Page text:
# Inconsistent results from attempting to count matching values in lists within data frames in R

Pretty new to R and to stackexchange. My apologies if I make any faux pas.

I'm working with the North Carolina births data from irss.unc.edu. I have a data frame NCBIRTH1450 with several lists, all of which have numeric or NA values. I'm just trying to calculate some proportions from the data. For one of the lists, I'm able to get the proportion of male babies by using

pBoyBaby <- sum(SEX==1)/sum(!is.na(SEX))


The above returns a numeric value for pBoyBaby. My aim is to take the number of matching values and divide by the number of non-missing values, and I get an appropriate result.

However, when I attempt the same function on another column of the same type,

pMomSmokes <- sum(SMOKE==1)/sum(!is.na(SMOKE))


The object pMomSmokes takes the value NA. How could I identify the difference between the natures of SMOKE and SEX, for instance, that explain this discrepancy? I really don't know why it's doing this.

In case it's relevant, SEX has values of either 1 or 2 -- with no NA's -- while SMOKE has the values 0 or 1, with a few NA's.

Thanks!

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 probably should be moved to Stack Overflow? – Peter Ellis Apr 10 '12 at 19:10 @Peter IMHO, this is a border case: handling of NA/Null/Nodata values is of general interest in statistical analysis. There appear to be some lessons in this example that apply beyond only R applications (even though at present that good stuff is found primarily in comments :-). – whuber♦ Apr 10 '12 at 19:38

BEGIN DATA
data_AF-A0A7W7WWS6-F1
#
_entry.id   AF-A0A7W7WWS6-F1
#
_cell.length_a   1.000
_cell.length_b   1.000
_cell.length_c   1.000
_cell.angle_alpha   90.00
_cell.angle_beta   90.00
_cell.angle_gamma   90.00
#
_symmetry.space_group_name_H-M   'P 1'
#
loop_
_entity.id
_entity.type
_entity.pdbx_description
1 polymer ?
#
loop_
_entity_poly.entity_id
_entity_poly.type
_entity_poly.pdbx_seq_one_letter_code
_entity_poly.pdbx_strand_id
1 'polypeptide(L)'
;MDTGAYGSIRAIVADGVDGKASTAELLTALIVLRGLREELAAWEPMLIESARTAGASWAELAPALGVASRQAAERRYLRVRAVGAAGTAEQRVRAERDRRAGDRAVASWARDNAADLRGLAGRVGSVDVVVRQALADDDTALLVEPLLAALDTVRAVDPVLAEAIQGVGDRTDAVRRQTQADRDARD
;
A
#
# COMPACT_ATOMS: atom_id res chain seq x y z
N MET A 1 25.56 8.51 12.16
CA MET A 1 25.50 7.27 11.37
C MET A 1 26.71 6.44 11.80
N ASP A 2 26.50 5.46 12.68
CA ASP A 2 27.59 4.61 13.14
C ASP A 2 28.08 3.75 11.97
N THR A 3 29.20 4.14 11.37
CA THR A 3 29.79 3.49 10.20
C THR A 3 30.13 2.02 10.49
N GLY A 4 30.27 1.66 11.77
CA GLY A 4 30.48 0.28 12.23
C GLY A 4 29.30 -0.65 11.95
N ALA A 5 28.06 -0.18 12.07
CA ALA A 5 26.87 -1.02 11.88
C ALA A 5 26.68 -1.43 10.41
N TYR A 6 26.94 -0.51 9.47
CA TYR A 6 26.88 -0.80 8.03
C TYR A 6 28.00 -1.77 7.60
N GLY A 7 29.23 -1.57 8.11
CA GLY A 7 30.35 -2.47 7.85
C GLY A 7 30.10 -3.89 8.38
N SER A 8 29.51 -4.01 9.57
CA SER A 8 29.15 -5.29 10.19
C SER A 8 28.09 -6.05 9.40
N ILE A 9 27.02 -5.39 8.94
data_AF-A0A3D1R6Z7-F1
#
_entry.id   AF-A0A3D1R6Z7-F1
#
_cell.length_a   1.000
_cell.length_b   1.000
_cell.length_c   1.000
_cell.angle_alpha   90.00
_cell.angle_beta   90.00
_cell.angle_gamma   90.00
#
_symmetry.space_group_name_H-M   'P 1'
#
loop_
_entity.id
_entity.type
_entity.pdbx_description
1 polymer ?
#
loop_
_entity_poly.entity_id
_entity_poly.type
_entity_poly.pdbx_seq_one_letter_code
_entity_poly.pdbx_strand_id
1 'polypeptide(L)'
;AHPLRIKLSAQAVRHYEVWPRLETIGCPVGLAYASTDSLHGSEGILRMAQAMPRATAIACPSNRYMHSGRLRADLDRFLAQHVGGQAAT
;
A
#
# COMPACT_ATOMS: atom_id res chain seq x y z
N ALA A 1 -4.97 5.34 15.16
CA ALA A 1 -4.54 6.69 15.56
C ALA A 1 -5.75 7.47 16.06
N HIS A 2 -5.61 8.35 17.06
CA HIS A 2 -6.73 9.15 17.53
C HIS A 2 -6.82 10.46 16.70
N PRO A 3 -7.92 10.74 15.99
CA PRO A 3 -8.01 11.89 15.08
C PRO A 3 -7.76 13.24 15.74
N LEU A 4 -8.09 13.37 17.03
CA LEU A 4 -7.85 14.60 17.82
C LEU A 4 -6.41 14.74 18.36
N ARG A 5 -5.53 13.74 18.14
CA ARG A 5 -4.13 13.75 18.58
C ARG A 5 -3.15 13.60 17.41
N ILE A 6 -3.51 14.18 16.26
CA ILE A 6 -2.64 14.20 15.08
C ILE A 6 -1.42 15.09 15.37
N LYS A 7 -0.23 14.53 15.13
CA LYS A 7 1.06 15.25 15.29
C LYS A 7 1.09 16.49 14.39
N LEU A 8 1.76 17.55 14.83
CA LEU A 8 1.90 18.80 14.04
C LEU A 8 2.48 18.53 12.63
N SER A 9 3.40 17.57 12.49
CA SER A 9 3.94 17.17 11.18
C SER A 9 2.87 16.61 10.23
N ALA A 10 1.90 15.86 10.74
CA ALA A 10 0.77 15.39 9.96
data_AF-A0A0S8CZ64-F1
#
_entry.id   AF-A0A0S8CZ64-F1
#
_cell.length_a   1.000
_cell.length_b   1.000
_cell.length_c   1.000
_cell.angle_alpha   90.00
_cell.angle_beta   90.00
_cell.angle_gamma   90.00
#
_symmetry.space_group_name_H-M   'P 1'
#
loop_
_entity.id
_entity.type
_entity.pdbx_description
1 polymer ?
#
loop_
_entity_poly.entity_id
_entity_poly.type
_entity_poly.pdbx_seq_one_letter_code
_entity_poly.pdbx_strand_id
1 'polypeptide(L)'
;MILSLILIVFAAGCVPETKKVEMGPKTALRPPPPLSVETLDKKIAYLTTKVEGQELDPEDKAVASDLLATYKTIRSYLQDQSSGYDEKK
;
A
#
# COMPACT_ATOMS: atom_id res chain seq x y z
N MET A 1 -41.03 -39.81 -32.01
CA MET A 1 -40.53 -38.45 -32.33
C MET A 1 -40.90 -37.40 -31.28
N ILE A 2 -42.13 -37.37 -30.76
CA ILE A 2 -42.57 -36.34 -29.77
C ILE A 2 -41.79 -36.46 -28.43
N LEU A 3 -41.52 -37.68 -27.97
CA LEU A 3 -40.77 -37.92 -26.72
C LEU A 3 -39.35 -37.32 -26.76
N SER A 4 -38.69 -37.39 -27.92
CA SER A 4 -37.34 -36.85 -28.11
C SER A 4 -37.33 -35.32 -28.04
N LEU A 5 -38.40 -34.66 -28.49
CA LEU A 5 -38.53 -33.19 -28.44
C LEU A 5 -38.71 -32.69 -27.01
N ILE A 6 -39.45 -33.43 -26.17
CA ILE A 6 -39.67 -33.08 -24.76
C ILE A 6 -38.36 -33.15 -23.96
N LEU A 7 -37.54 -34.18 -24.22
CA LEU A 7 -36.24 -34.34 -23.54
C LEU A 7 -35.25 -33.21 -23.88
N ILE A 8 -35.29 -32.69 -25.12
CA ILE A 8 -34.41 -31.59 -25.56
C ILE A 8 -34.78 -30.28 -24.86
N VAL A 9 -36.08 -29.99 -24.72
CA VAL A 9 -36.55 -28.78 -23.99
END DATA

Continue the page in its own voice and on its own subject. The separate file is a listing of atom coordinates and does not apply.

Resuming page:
pMomSmokes <- sum(SMOKE==1, na.rm=T)/sum(!is.na(SMOKE))


The issue is the sum() function - read the help file ?sum to see why. If there are any NAs in the vector fed to sum it returns an NA. When an element in SMOKE is NA then that same element of SMOKE==1 will also be NA (because if R doesn't know what SMOKE is, it also doesn't know if it equals 1).

More generally you might want to look at the functions table() and prop.table().

Also, with R you need to be careful about what you call a "list" - you actually have vectors I think. A list is something a bit different. See the very useful Quick-R site for a good explanation, or any of the introductory material on CRAN.

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Thanks Peter. I take it the == does not exclude NAs? – dubhousing Apr 10 '12 at 19:14
Yes. The issue is the sum() function - read the help file ?sum to see why. If there are any NAs in the vector fed to sum it returns an NA. When an element in SMOKE is NA then that same element of SMOKE==1 will also be NA (because if R doesn't know what SMOKE is, it also doesn't know if it equals 1). – Peter Ellis Apr 10 '12 at 19:17
@dubhousing: == is not doing what you think it's doing. Try doing SMOKE==1 and see what the result is. As Peter Ellis says, the == is doing a reasonable thing -- not what you're thinking it does, though -- and the issue arises in sum. That's a helpful tip: if a statement isn't working as you expect, try the individual pieces to see where perhaps it's working differently. – Wayne Apr 10 '12 at 21:23
Thanks very much Wayne. I wasn't certain as to how reducible the components of code were but based on your suggestion I can see how valuable that will be. – dubhousing Apr 10 '12 at 22:17